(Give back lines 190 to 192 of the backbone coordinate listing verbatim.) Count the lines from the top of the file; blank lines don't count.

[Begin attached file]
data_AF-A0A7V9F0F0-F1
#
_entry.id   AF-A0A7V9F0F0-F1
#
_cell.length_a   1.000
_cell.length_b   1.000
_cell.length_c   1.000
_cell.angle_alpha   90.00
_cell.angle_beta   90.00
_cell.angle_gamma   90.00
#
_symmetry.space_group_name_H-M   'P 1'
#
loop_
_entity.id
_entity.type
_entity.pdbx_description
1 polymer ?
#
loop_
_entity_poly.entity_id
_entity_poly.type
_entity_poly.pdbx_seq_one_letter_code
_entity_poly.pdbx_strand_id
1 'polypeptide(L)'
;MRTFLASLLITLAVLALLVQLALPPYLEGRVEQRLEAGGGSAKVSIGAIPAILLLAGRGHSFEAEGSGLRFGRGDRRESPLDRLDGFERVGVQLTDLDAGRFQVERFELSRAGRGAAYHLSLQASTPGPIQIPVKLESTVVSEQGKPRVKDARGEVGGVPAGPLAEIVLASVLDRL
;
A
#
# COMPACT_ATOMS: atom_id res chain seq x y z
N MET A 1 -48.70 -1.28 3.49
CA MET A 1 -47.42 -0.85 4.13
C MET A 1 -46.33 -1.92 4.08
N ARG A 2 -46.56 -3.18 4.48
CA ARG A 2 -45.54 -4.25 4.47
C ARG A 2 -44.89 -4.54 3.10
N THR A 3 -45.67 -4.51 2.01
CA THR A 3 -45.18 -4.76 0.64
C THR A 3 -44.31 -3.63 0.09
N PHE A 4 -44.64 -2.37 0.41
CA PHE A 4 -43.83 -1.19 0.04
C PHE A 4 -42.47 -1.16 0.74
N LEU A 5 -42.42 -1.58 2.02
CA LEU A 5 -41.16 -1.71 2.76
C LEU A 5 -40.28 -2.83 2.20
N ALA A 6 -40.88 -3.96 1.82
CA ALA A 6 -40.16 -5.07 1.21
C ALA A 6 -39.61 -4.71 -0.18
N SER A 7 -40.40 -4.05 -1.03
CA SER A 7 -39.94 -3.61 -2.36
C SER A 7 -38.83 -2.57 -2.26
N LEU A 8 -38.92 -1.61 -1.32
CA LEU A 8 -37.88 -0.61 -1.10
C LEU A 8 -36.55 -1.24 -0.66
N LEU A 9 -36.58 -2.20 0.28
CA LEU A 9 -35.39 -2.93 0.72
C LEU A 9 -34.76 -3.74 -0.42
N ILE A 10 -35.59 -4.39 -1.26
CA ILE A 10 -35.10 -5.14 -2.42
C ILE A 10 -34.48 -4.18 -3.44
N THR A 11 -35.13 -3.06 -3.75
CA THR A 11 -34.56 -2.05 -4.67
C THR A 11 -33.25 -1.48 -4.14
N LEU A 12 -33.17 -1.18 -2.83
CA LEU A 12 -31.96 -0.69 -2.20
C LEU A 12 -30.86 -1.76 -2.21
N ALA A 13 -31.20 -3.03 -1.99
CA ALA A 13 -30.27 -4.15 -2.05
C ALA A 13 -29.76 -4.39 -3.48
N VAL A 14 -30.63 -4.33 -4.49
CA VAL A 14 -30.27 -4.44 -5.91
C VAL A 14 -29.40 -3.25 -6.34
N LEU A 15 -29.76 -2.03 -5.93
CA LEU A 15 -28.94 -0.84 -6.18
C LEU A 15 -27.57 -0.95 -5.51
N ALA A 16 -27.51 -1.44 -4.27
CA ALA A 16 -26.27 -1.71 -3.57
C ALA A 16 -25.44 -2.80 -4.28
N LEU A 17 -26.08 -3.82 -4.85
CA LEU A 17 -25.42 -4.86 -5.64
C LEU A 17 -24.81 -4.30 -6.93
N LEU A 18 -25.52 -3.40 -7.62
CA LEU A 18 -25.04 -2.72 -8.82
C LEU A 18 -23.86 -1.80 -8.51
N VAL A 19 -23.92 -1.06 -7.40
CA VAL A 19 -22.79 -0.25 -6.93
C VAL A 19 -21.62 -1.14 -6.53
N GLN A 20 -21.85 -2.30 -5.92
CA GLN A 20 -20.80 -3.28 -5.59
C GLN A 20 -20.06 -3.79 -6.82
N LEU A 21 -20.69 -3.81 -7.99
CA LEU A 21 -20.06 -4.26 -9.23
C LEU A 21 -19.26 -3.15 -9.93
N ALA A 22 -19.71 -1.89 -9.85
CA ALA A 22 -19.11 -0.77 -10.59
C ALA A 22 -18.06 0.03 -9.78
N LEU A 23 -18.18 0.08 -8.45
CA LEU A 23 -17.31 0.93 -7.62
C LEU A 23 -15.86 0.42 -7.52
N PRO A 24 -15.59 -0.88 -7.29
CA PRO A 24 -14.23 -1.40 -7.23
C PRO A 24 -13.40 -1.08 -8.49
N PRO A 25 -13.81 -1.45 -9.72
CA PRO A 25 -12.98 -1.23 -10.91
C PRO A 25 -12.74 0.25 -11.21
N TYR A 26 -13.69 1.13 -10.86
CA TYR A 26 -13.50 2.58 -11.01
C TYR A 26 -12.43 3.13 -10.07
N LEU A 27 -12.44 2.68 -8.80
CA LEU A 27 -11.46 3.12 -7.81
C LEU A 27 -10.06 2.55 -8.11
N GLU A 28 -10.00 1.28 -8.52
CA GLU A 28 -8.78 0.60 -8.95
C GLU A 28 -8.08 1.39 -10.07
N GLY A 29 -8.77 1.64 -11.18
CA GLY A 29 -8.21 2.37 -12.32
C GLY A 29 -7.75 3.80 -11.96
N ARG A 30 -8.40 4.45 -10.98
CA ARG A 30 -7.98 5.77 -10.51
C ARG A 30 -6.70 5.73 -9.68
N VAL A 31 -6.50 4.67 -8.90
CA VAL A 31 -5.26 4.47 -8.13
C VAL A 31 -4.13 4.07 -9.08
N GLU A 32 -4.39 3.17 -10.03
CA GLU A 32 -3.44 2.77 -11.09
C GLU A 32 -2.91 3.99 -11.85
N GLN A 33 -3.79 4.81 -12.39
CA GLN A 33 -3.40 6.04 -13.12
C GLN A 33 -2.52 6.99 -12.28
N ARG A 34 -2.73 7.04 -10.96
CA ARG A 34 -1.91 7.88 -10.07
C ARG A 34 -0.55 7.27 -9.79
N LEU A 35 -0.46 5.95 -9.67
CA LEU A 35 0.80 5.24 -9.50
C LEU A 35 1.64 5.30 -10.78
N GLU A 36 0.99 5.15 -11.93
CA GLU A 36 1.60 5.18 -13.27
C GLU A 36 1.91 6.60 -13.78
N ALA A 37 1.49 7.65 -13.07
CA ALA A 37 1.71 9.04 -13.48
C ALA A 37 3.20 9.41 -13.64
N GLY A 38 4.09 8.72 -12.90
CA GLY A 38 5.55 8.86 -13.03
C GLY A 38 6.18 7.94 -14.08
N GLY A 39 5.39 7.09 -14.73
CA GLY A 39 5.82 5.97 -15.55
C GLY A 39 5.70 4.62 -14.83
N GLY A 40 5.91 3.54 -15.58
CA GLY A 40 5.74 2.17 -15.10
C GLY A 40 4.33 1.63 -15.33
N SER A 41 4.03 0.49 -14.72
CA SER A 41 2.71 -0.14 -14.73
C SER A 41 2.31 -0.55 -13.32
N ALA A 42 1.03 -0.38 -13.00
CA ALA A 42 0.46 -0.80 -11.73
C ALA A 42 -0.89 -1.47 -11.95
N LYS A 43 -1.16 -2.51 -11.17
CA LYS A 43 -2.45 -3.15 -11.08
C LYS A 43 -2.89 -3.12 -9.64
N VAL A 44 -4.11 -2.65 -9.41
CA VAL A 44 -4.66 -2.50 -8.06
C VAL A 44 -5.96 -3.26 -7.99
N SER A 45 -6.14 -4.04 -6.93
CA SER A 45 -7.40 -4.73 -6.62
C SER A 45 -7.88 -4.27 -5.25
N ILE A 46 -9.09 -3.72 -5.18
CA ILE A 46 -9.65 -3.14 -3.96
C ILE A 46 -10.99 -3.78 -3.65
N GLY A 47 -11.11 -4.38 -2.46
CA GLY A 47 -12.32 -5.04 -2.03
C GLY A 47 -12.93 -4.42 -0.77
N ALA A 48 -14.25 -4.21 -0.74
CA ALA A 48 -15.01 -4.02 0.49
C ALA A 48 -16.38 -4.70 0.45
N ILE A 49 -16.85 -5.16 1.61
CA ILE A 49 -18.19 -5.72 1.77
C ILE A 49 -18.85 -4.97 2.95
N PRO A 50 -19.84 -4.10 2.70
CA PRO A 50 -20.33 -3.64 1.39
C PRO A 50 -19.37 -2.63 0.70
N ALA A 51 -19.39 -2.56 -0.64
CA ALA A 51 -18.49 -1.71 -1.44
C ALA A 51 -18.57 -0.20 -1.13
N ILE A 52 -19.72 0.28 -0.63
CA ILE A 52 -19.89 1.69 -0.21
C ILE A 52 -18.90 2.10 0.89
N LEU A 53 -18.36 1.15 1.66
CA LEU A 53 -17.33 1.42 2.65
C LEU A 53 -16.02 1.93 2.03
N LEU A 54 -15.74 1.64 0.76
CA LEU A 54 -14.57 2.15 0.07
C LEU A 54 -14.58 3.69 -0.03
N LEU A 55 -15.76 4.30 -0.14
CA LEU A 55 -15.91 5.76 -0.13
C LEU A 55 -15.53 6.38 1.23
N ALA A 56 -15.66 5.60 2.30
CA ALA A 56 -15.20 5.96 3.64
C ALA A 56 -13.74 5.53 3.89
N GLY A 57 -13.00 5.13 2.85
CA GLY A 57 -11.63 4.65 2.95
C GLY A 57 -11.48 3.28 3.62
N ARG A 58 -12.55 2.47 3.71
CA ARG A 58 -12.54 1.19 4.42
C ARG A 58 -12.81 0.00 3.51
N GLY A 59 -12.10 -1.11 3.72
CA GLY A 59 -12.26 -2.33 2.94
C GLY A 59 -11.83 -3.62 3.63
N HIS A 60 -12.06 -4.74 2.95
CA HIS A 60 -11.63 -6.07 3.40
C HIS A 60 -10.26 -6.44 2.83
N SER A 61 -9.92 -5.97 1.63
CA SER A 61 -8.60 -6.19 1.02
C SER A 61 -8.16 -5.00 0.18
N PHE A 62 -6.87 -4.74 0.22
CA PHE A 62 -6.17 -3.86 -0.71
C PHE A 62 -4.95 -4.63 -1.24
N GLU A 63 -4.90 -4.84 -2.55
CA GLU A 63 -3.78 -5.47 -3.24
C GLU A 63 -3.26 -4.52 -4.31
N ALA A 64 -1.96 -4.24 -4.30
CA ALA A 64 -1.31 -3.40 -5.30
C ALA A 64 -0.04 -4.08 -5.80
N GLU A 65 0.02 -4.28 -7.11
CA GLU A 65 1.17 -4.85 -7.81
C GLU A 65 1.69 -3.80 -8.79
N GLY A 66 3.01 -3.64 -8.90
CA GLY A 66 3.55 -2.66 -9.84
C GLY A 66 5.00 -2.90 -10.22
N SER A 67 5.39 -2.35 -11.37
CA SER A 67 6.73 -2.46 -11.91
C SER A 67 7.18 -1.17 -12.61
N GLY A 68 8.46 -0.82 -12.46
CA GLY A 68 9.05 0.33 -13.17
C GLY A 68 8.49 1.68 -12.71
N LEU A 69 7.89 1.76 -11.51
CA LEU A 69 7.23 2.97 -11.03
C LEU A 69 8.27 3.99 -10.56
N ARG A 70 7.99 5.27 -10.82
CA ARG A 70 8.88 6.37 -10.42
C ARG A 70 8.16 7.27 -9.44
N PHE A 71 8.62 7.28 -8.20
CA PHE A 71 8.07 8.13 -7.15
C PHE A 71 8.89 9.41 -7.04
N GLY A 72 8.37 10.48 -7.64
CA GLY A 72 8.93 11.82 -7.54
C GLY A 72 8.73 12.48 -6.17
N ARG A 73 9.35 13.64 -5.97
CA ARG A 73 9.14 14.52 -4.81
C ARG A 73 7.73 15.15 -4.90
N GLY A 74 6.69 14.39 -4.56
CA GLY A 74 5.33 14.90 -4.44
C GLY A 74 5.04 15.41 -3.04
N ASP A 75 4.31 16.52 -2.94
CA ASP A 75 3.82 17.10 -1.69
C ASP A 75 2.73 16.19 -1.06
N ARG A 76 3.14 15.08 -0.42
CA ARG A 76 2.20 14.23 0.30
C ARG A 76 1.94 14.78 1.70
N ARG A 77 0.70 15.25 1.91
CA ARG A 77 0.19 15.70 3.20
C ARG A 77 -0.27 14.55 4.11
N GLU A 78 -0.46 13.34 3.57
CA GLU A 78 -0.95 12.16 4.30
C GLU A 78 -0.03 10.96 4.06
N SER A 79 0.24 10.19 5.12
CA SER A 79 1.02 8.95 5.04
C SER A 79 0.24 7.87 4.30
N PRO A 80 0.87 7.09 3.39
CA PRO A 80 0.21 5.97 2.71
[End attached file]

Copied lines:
N LEU A 54 -15.74 1.64 0.76
CA LEU A 54 -14.57 2.15 0.07
C LEU A 54 -14.58 3.69 -0.03